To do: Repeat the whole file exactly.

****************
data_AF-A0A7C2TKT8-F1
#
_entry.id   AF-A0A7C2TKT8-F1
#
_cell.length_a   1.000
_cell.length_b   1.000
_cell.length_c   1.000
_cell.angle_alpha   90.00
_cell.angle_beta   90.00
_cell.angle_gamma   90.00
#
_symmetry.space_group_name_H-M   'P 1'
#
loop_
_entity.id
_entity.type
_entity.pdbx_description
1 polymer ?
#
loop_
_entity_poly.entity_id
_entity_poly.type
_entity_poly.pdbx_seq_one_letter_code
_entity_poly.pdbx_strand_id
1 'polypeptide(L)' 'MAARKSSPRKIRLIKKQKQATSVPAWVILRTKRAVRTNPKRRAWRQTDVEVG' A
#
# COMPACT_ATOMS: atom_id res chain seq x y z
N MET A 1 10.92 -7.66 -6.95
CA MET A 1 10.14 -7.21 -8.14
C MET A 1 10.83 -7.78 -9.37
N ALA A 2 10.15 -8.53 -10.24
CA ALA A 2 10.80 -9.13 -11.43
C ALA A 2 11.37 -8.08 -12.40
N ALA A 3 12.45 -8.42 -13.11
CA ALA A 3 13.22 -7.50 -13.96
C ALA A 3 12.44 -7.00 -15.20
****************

data_AF-A0A7C2TKT8-F1
#
_entry.id   AF-A0A7C2TKT8-F1
#
_cell.length_a   1.000
_cell.length_b   1.000
_cell.length_c   1.000
_cell.angle_alpha   90.00
_cell.angle_beta   90.00
_cell.angle_gamma   90.00
#
_symmetry.space_group_name_H-M   'P 1'
#
loop_
_entity.id
_entity.type
_entity.pdbx_description
1 polymer ?
#
loop_
_entity_poly.entity_id
_entity_poly.type
_entity_poly.pdbx_seq_one_letter_code
_entity_poly.pdbx_strand_id
1 'polypeptide(L)' 'MAARKSSPRKIRLIKKQKQATSVPAWVILRTKRAVRTNPKRRAWRQTDVEVG' A
#
# COMPACT_ATOMS: atom_id res chain seq x y z
N MET A 1 10.92 -7.66 -6.95
CA MET A 1 10.14 -7.21 -8.14
C MET A 1 10.83 -7.78 -9.37
N ALA A 2 10.15 -8.53 -10.24
CA ALA A 2 10.80 -9.13 -11.43
C ALA A 2 11.37 -8.08 -12.40
N ALA A 3 12.45 -8.42 -13.11
CA ALA A 3 13.22 -7.50 -13.96
C ALA A 3 12.44 -7.00 -15.20